Colonotonias have a strong large intestine function, but weaker gall bladder and liver function. As a result, a gluten-free diet low in fat and dairy is important for their health. Sushi/rice, green leafy vegetables, clams, iced drinks, hot chocolate, cucumbers, grapes, and vitamin C are all beneficial for them. They should avoid meat, wheat, coffee, and alcohol. A meat diet can adversely affect the immune function of the intestines, making them susceptible to inflammation, and more serious conditions such as Parkinson’s Disease, Multiple Sclerosis, and Dementia. Chronic constipation or diarrhoea is a early warning sign for deterioration of their health. Colonotonias need to be careful when taking medication such as antibiotics because the liver is slow to remove toxins from the body.
Cholecystonias have strong gall bladder function but a weak large intestine function. They tend to be athletic, have a good appetite, and have frequent bowel movements, typically 2-3 times a day. A diet including beef, pork, grains, and root vegetables promotes circulation and stamina. They also need vigorous sports activity, or they can suffer from constipation. If they consume a lot of seafood, they will often feel abdominal discomfort and experience chronic diarrhoea. They need to keep the abdomen warm, so drinking beer or swimming in cold water can result in diarrhoea, high blood pressure, and respiratory problems.
Gastrotonias have an overactive stomach and pancreas, but weaker bladder and kidney function. Foods further promoting hyperactive digestive function (such as spicy food, hot food, greasy food, lamb, chicken, garlic, ginger, cinnamon, curry, tomato, oranges, apples) not only cause digestive problems, but can also result in anxiety and autonomic function imbalance in the long run. This constitutional imbalance can manifest as indigestion, constipation, chronic headaches, skin issues, and sometimes whole body pain. They should be particularly careful of side effects from medication (such as antibiotics). Alcohol and swimming in cold water are not beneficial. Fresh and cool foods and drinks can help to counter-balance their overactive digestive function. A glass of cold or iced water in the morning, and mixed grains (e.g. rice, barley, red bean, foxtail millet) would reduce overactivity in the stomach, while pork, seafood (blowfish, monkfish, prawns, crab, oysters), and vitamin E are beneficial for Gastrotonia’s weak kidney function. When Gastrotonia is on the right constitutional diet, they tend to maintain good health on their own so they usually have less need for visits to the doctor compared to other constitutions.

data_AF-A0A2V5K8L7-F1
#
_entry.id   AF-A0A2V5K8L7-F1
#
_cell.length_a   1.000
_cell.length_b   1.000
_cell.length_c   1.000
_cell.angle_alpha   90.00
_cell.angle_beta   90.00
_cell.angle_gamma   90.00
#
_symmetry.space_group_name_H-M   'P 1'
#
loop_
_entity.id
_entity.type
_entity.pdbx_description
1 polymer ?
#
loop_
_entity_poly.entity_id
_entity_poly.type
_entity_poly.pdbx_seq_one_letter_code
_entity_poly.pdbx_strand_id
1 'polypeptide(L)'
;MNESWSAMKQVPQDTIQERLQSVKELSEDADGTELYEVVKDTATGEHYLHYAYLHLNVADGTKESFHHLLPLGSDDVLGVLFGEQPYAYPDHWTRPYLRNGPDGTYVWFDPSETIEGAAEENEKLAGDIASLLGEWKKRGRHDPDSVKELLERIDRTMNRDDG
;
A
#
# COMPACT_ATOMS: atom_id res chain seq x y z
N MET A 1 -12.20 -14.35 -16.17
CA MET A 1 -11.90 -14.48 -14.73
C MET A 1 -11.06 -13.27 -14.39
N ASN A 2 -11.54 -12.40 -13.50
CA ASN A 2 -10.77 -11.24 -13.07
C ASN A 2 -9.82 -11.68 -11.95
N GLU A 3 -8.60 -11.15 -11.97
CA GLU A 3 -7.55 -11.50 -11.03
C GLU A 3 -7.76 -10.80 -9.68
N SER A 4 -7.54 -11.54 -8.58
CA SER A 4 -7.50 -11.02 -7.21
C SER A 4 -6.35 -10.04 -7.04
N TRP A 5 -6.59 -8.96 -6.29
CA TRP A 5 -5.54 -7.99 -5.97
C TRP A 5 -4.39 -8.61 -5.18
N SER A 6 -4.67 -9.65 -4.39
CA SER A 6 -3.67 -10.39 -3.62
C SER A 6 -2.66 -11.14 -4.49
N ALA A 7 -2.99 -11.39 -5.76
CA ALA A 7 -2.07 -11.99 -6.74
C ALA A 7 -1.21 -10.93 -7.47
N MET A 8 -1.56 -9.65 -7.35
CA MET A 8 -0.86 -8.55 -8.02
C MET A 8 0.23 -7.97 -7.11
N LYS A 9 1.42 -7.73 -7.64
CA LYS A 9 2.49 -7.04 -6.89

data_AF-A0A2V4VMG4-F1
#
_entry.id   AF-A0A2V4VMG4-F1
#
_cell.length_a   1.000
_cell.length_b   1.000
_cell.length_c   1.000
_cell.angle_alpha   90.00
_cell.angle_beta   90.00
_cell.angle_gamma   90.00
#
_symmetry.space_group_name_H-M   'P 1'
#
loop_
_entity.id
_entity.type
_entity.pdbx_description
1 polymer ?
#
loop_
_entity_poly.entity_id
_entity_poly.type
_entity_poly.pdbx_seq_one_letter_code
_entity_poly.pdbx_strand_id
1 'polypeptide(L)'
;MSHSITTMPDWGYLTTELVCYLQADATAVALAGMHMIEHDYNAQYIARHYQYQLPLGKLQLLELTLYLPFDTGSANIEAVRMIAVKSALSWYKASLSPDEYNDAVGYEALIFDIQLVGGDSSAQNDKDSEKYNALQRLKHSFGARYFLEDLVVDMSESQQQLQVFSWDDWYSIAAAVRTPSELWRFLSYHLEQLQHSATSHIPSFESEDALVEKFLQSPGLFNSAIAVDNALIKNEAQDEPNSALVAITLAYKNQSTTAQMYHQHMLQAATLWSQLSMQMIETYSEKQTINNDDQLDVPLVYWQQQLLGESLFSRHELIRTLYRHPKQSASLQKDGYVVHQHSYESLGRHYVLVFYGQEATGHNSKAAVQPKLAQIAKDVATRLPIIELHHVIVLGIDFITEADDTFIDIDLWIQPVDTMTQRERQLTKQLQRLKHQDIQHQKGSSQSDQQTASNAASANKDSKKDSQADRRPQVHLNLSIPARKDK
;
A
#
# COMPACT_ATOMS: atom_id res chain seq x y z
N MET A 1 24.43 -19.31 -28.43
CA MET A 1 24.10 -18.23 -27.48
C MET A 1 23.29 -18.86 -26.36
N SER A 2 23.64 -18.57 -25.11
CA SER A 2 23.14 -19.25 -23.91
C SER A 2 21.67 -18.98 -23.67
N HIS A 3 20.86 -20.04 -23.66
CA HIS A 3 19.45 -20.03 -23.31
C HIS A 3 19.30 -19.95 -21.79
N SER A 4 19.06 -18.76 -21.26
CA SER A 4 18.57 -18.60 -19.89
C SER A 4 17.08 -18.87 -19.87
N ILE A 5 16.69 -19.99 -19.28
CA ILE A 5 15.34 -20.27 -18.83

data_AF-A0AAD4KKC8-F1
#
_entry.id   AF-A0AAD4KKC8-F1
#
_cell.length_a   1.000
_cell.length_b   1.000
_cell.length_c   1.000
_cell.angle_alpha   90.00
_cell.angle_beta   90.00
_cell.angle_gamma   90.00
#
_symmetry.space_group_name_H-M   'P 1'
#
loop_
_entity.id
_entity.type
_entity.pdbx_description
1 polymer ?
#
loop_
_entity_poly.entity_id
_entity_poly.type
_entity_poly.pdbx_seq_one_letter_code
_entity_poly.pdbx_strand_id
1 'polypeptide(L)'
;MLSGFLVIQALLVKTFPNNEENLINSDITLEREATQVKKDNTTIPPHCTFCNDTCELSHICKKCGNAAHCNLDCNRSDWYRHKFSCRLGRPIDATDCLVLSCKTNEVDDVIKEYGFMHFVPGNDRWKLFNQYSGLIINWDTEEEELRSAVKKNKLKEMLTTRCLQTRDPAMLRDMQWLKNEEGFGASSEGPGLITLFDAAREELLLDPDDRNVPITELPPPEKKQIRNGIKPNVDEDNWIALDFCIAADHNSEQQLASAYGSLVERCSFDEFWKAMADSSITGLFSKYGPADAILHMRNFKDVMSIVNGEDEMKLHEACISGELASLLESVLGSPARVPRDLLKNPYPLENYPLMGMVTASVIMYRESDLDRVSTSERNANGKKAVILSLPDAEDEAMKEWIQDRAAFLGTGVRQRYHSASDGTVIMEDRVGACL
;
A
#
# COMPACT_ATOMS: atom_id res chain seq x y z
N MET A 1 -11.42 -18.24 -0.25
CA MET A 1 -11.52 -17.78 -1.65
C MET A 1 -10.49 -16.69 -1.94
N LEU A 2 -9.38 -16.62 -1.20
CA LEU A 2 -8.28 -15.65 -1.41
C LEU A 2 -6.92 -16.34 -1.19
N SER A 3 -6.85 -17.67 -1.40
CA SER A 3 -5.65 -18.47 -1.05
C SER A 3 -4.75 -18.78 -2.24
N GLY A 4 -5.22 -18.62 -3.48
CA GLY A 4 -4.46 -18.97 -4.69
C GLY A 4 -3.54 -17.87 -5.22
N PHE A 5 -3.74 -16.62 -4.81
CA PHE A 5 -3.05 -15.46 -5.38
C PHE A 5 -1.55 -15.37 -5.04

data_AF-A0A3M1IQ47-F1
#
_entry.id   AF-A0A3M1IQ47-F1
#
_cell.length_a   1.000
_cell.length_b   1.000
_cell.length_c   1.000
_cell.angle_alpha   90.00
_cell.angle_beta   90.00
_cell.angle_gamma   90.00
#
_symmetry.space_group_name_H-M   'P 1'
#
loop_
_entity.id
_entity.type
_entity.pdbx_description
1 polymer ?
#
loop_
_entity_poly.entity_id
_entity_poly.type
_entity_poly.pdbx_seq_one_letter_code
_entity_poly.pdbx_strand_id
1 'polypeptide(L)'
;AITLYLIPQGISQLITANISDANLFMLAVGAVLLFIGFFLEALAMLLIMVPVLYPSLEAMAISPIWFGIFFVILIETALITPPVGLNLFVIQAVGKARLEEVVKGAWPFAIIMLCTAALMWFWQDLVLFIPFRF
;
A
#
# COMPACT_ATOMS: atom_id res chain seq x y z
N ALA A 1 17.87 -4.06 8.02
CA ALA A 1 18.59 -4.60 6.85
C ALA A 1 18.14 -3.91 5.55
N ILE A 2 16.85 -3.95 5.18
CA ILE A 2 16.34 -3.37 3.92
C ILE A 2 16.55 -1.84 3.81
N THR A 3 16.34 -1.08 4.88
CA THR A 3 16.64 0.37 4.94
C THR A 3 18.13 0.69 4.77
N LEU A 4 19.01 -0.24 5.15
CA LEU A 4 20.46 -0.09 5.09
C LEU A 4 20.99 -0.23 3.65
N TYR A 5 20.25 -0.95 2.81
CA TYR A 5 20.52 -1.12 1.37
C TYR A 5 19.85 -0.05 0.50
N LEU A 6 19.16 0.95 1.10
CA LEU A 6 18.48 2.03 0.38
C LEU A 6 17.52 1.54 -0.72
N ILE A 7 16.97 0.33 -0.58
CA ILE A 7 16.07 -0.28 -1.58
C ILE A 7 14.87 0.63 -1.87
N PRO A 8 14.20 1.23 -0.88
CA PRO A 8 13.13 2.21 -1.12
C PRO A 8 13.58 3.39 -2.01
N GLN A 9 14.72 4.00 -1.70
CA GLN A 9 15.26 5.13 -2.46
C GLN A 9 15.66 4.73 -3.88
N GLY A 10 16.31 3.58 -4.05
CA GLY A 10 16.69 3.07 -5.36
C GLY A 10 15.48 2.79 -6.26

Vesicotonias have strong Bladder/Kidney function but weaker Stomach/Large Intestine function. Their health is closely related to digestive processes. For example, if they eat a lot of cold foods, their already low stomach function gets further weakened. Indigestion becomes the root cause of chronic illness from gastrointestinal dysfunction to psychological issues due to phlegm-dampness accumulation in the body. Their health can be easily compromised in the Summer season because frequent sweating and cold food intake make their digestive function weaker. Small meals, warm foods, and less sweating are helpful guidelines for Vesicotonia to maintain good health especially in Summer. Gastroptosis is the signature disorder of Vesicotonia. Profuse sweating and diarrhoea drains their energy and makes them feel fatigued and weak. They should eat small meals throughout the day, rest after meals (but not falling a sleep), avoid cold food and drinks (pork, barley, cold beverages), and prevent sweating, avoid the sauna, and shower with warm water instead of hot water.
What can ECM treat?
Some health conditions that can be treated effectively with ECM include diet and weight issues, skin complaints, allergies, asthma, recurrent inflammation, low immune function, chronic pain, arthritis, headaches and migraines, infertility, menopause/menstrual problems, sleeping issues, and digestive dysfunction. Dr Kang encourages patients to take control of their own health and prevent illness over the long term, so will provide a personalised regimen to you (diet and lifestyle choices) after several treatments.
If you would like to make an appointment, please book through our Online Scheduler or call our reception at 02 4322 0700.